Click to View full PDF, or print, the MCDA Strategic Plan ("Vision")

There are many different ways to approach economic development. For many decades, development efforts emphasized industrial recruitment as an ever-expanding manufacturing base to meet consumer needs after World War II meant many communities vied to become the location of new factories and other facilities. As manufacturing capacity has become more globally distributed and the construction of new industrial plants to create additional capacity plants became rare, these recruitment efforts have increasingly emphasized the advantages of relocating existing industrial units. As competition has increased, success in this area has been harder to achieve.

Other efforts have focused on promoting businesses and individuals already in a community. Helping an already existing company expand, prosper, or just survive required less resources and had a higher success probability than trying to convince someone to locate in (or relocate to) in your locality. It also helped to prevent jobs from disappearing because the company was recruited away by another place. Likewise, there are often persons in a community who have a concept for and the desire to start an enterprise, but they may lack the resources or training to transform their ideas into reality. Supporting entrepreneurs and business start-ups can have great long-term benefits and create companies that are not only located in a community, but also have their “roots” in that place as well.

Additionally, economic development has expanded to include activities previously not given a great deal of attention/emphasis as part of development activities. Functions that were previously considered support mechanisms for the local economy or local residents – such as tourism and health care – have been recast as potential drivers of economic activity. As a result, development activities which built upon these rationally ignored sectors have become commonplace.

In reality, however, no one approach is sufficient. They are all necessary for a community to improve its economic conditions. That being said, it is not possible for one place to do everything. Instead, development efforts must be cohesive and focused. With the various activities working in concert with one another toward a common purpose that make sense in the context of that place, local economic development efforts are much more likely to have successful outcomes.

For the Mineral County Development Authority, this means looking inward before looking outward. Almost two-third (about 65 percent) of private sector employment in the county is concentrated in Manufacturing, Health Care and Social Assistance, and Retail Trade, the first two of which are sectors where development authority action can have a big impact. Four sectors make up the county’s economic base, the three listed above and Information. Not surprisingly, the county’s top 10 employers include three manufacturing firms, a hospital, a nursing care facility, a major national retailer, and an information company. This presents a picture of both what has traditionally worked as well as what may be missing in the county. Thus, there are development opportunities in enhancing (and protecting) what already exists in the county as well as potential in expanding into areas which are currently underrepresented in the county economy.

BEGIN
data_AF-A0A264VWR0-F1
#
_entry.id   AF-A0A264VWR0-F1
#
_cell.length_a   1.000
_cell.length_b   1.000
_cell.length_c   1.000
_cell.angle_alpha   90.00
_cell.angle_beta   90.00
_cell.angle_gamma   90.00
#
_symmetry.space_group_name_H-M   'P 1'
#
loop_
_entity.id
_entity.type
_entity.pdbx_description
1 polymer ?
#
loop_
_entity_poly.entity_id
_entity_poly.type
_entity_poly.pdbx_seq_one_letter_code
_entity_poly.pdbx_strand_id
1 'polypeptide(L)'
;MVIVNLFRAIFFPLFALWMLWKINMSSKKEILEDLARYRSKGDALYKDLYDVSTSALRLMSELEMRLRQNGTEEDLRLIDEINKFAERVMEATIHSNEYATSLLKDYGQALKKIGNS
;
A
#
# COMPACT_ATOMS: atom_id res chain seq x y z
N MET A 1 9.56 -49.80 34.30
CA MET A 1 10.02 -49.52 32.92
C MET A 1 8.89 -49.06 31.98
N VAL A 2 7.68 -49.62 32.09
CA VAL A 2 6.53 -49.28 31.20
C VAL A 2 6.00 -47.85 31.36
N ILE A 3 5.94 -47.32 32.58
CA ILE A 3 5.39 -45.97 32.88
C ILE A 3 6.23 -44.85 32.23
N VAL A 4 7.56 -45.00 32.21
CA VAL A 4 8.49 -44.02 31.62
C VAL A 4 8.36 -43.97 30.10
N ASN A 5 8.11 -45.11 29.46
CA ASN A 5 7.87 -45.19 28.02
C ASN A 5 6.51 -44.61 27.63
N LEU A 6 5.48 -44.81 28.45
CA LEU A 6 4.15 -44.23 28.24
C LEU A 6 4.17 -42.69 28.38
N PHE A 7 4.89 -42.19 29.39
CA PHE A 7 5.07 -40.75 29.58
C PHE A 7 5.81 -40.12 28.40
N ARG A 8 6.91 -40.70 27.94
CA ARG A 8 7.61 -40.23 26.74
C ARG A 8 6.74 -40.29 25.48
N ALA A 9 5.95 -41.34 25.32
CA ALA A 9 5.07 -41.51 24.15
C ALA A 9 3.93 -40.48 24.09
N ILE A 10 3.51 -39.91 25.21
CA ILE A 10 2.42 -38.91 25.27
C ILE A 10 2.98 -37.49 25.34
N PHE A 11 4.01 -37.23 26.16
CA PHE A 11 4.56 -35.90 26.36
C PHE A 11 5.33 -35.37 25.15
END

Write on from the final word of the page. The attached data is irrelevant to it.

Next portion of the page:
To that end, there are several goal areas for the Mineral County Development Authority.

Build upon Existing Base: The Mineral County economy is built around a few key sectors. Of the 10 firms with at least 100 employees, nine are in industries that are part of the county’s economic base. Four of the firms are found in Manufacturing (including the only company with more than 1,000 employees), three are in Health Care and Social Assistance, and one each in Retail Trade, Information, and Other Services (NAICS 81). Similarly, the top 10 employers in the county include three manufacturers – No. 1 Alliant Technology, No. 8 Lumber & Things, and No. 9 Automated Packaging Systems. It also includes Wal-Mart at No. 3, Potomac Valley Hospital at No. 5, IBM at No. 6, and Heartland Employment Services at No. 10. (The other three top employers were government agencies.) Thus, there is great potential to look inward for economic growth.

The development authority needs to take steps to ensure these components of the local economy persevere and prosper. One way to do that is by the development authority undertaking a Business Retention and Expansion (BR&E) Program. This effort seeks to find out what firms need to stay in and build in the community in which they are located. While appropriate for businesses of all sizes, attention can be given to the special needs and concerns of larger firms and firms that make up the county’s economic base. Additionally, the development authority can work with the appropriate entities to ensure the cost of doing business is not prohibitive, that infrastructure meets the needs of business operations, and that a trained local workforce is available for new hires and replacement employees. This could entail working with potential partners such as the WV Development Office, the Mineral County Commission, WV Division of Highways, First Energy (Potomac Edison and Mon Power), municipal water/sewer providers and public service districts, WV Workforce Investment Board 7, and the Mineral County Board of Education as well as other enterprises and organizations. The aim would be to seek the assistance of these entities to help overcome issues that have or can cause pressure on these substantial economic operations. The end result would be to alleviate any existing (or potential) problem that might put these major employers into a position to have to seek relocation to ensure survival. Work on the BR&E programs can begin within 6 to 12 months, depending on the current status of such efforts in the development authority, and be periodic in nature. Work on the local economic climate should commence during the same period and have to be done continually.

Concentrate Recruitment: Opportunities to bring new businesses to Mineral County can be impactful. However, some firms may make more sense than others to target as part of the recruiting effort. The largest part of the economic base is Manufacturing which accounts for more than one-quarter of all private sector jobs in the county, including high-tech firms and wood product companies.